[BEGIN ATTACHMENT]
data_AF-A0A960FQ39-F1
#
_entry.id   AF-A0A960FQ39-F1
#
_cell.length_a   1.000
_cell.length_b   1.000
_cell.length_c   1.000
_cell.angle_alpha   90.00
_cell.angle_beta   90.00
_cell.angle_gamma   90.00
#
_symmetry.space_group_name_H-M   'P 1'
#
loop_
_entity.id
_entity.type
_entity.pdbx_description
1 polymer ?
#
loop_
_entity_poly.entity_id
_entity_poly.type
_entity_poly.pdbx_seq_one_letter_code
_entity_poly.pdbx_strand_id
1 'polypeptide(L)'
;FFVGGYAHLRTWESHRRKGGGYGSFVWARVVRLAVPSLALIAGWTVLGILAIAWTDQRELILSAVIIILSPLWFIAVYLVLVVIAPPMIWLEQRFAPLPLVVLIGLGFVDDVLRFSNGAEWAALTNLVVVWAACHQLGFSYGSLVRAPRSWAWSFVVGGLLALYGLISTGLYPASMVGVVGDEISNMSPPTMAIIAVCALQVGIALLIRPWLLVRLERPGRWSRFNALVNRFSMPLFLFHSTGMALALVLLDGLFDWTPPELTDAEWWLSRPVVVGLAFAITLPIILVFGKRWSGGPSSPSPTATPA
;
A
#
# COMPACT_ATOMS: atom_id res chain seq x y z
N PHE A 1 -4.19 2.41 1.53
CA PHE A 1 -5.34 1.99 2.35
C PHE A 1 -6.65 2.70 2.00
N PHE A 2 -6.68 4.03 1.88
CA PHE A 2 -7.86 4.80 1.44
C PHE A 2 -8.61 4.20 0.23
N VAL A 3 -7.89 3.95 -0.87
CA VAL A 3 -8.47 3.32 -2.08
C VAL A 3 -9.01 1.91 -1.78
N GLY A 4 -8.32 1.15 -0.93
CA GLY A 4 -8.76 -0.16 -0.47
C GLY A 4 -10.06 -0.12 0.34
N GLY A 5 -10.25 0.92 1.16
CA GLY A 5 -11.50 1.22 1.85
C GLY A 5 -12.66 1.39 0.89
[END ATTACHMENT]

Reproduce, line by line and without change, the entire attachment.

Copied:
data_AF-A0A960FQ39-F1
#
_entry.id   AF-A0A960FQ39-F1
#
_cell.length_a   1.000
_cell.length_b   1.000
_cell.length_c   1.000
_cell.angle_alpha   90.00
_cell.angle_beta   90.00
_cell.angle_gamma   90.00
#
_symmetry.space_group_name_H-M   'P 1'
#
loop_
_entity.id
_entity.type
_entity.pdbx_description
1 polymer ?
#
loop_
_entity_poly.entity_id
_entity_poly.type
_entity_poly.pdbx_seq_one_letter_code
_entity_poly.pdbx_strand_id
1 'polypeptide(L)'
;FFVGGYAHLRTWESHRRKGGGYGSFVWARVVRLAVPSLALIAGWTVLGILAIAWTDQRELILSAVIIILSPLWFIAVYLVLVVIAPPMIWLEQRFAPLPLVVLIGLGFVDDVLRFSNGAEWAALTNLVVVWAACHQLGFSYGSLVRAPRSWAWSFVVGGLLALYGLISTGLYPASMVGVVGDEISNMSPPTMAIIAVCALQVGIALLIRPWLLVRLERPGRWSRFNALVNRFSMPLFLFHSTGMALALVLLDGLFDWTPPELTDAEWWLSRPVVVGLAFAITLPIILVFGKRWSGGPSSPSPTATPA
;
A
#
# COMPACT_ATOMS: atom_id res chain seq x y z
N PHE A 1 -4.19 2.41 1.53
CA PHE A 1 -5.34 1.99 2.35
C PHE A 1 -6.65 2.70 2.00
N PHE A 2 -6.68 4.03 1.88
CA PHE A 2 -7.86 4.80 1.44
C PHE A 2 -8.61 4.20 0.23
N VAL A 3 -7.89 3.95 -0.87
CA VAL A 3 -8.47 3.32 -2.08
C VAL A 3 -9.01 1.91 -1.78
N GLY A 4 -8.32 1.15 -0.93
CA GLY A 4 -8.76 -0.16 -0.47
C GLY A 4 -10.06 -0.12 0.34
N GLY A 5 -10.25 0.92 1.16
CA GLY A 5 -11.50 1.22 1.85
C GLY A 5 -12.66 1.39 0.89